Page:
FIG. 4 is a longitudinal sectional view of the distal part of the catheter of FIG. 1 taken along line IV-IV of FIG. 6;

FIG. 5 is a cross sectional view of the catheter taken along line V-V in FIG. 3;

FIG. 6 is a cross sectional view of the catheter taken along line VI-VI in FIG. 6;

FIG. 7 is a cross sectional view of the catheter taken along line VII-VII in FIG. 4;

FIG. 8 is a cross sectional view of the catheter taken along line VIII in FIG. 2;

FIG. 9 is a diagrammatic view of a computerized system for operating the catheter of the invention;

FIG. 10 is a diagram showing the pressure P measured with a pressure gauge as a function of the displacement x of a piston;

FIG. 11 is an overall view of a further embodiment of the feeding catheter according to the invention.

FIG. 1 shows a preferred embodiment of the feeding catheter according to the invention. The catheter 1 has three sections, namely a proximal section P, a middle section M and a distal section D. The catheter has at its proximal end an opening 3 by means of which which it may be connected to a supply of nutrient, which may be hanged at a infusion stand (not shown). There are two further openings, namely openings 5a and 7a, to which sources/sinks of gas pressure may be connected.

In the middle part M the body of the catheter 1 is surrounded by a proximal balloon 8 which is internally connected to the opening 5a, so that the proximal balloon 8 may be inflated by pressing air into the opening 5a or may be deflated by sucking air out of opening 5a which will be explained in detail later. The balloon 8 is named “proximal balloon” just for the sake to give it a name and to distinguish it from a balloon which is situated distally with respect to the proximal balloon which will be described later. “Proximal” is not to be understood that the balloon is situated at the proximal end of the catheter body.

In the distal part D the body of the catheter 1 is surrounded by a distal balloon 6 which is internally connected to the opening 7a, so that the distal balloon 6 may be inflated by pressing air into the opening 7a or may be deflated by sucking air out of the opening 7a which will be explained in detail later. The balloon 6 is named “distal balloon” just for the sake to give it a name and to distinguish it from the proximal balloon 8 which is situated proximally with respect to the distal balloon 6 mentioned before. “Distal” must not be understood that the balloon is situated at the very distal end of the catheter body.

Distally with respect to the distal balloon 6 there are provided radial openings 4 which serve as outlets to allow flowable nutrients or medications, which have been introduced into the catheter 1 through its opening 3, to exit into patient's digestive tract.

Before and after balloons the catheter has radio opaque marking rings 9, an axially extending radio opaque stripe 10, and optically visible insertion marks 11, supporting the operator in determining the position of the catheter in patient's body, especially during the time when it is advanced through the digestive tract of the patient. The marks 10 extent from balloon 8 up to the Y-junction 15 at equal distances (e.g. 5 cm).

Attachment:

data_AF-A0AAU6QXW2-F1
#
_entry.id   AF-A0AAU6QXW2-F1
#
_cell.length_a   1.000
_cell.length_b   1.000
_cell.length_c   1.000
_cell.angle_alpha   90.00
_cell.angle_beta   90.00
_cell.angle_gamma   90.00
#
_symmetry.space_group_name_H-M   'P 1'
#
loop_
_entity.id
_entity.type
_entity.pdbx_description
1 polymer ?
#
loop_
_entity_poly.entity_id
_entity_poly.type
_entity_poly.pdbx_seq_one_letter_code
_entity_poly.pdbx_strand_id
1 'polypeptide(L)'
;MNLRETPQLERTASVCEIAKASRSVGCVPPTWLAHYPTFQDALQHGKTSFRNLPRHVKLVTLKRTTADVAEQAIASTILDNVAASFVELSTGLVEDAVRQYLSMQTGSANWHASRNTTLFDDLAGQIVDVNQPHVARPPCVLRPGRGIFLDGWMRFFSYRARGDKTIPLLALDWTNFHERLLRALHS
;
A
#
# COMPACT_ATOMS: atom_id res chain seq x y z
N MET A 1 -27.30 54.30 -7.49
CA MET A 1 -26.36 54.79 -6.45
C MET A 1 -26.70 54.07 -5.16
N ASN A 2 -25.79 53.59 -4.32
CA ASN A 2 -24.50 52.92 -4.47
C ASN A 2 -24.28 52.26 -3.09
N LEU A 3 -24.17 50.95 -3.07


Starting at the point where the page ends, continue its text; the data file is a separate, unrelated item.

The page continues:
The details of the structure of catheter 1 will become more apparent from FIG. 1 which shows a longitudinal section of the proximal part of the catheter 1. The proximal opening 3 of the catheter 1 is provided with a conical connector 13 to which a supply line for nutrients may be connected. The supply line (not shown) will disconnect from the connector 13 automatically if an excessive pulling force is exerted thereby protecting the patient from being injured. Downstream or distally of the connector 13 there is a first lumen 2, which serves to guide flowable nutrients or medicine down into patient's digestive tract.

A side hose 14 is connected to the main part of the catheter 1 via a Y-junction 15. The distal end of the side hose 14 is closed by a connector 16, which has two openings 5a and 7a. The side hose 14 is connected to a second lumen 5 and a third lumen which is not visible in FIG. 2. Inside the side hose 14 there is provided a lumen 5b which connects the opening 5a to the second lumen 5. There is a further lumen 7b in the side hose 14, which connects the second opening 7a to the third lumen 7 which is however not visible in the sectional view of FIG. 2. Downstream of the Y-junction 15 the second lumen 5 is parallel to the larger first lumen 2.

As may be best understood from FIG. 3 the lumen 5 is connected to the proximal balloon 8. In the region where the body of the catheter 1 is surrounded by the proximal balloon 8 the outer wall of the second lumen 5 has radial openings 18 which allow for gas flow between the second lumen 5 and the proximal balloon 8. As a result the interior of the proximal balloon 8 is connected to the opening 5a (FIG. 2) so that the proximal balloon 8 can be inflated by blowing air or another gas into the opening 5a.

FIG. 4 shows the distal part D of the catheter 1. It is to be observed that—although the drawing of FIG. 4 looks similar to that of FIG. 3—the plane of section is different to that of FIG. 3, which can be best understood from FIGS. 5 and 6 in which the respective planes of section are indicated by arrows marked with “III” and “IV”. As can be seen the plane of section for FIG. 3 traverses the second lumen 5 diametrally, while the plane of section of FIG. 4 traverses the third lumen 7 diametrally.

As becomes apparent from FIG. 4, the third lumen 7 is connected to the interior of the distal balloon 6 via radial openings 19. The interior of the distal balloon 6 communicates with the opening 7a and can hence be inflated and deflated through that opening 7a. The surface inside the balloons 6 and 8 is roughened or profiled in a way to ensure complete emptying of gas at deflation.